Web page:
Reservoir and Sedimentation Assessment

1120 WordsFeb 17, 20184 Pages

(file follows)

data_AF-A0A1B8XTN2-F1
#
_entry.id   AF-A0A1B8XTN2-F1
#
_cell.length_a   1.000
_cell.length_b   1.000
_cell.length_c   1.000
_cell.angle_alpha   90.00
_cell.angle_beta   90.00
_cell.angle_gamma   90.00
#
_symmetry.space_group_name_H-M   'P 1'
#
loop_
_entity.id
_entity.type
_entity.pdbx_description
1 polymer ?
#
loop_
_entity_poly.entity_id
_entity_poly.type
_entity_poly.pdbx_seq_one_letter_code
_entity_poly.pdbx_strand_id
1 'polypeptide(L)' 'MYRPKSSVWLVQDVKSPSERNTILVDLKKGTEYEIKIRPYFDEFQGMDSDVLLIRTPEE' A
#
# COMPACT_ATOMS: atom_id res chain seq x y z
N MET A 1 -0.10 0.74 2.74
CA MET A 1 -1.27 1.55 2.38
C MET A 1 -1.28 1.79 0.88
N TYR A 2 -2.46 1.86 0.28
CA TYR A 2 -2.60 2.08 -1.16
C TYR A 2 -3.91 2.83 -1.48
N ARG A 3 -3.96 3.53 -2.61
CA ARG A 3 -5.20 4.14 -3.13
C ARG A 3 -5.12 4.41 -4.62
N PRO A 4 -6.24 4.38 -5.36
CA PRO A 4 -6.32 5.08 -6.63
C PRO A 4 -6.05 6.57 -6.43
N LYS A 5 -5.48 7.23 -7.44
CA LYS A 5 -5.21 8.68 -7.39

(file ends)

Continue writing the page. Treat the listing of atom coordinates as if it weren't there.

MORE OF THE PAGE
Introduction The 1960’s were considered the “golden age for dam construction” and contributed to thousands of dams being built across the United States. Dams are regualarly built to support recreational activities as well as hydroelectric power and water supply purposes but people recently have realized many of the negative impacts affiliated with them. Many are now 50 years old and due for relicensing which involves many tradeoffs for dam owners and public stakeholders to consider. Urbanization below such structures has brought up safety concerns from land owners and recognition of ecosystem degradation has flooded recent news and reports. Dam decommissioning is becoming more of a viable option for aging dams that are abandoned and have lost their economical use. Over 500 dams have been removed from US riverine systems since 2000 and 51 alone in 2013 (American Rivers, 2013). Each dam considered for removal requires a cost-benefit analysis to determine the best possible objectives and plan for removal. Many social, ecological, and economical factors become part of the overall proposal. The fragmented rivers divide many biotic communities and restrict migration for different species and organisms. Many ecosystems suffer from poor water quality and sedimentation loss downstream from dams. The removal of these structures restores historic flow regimes and free flowing water that once existed in their natural and aesthetically pleasing states. This paper will look at
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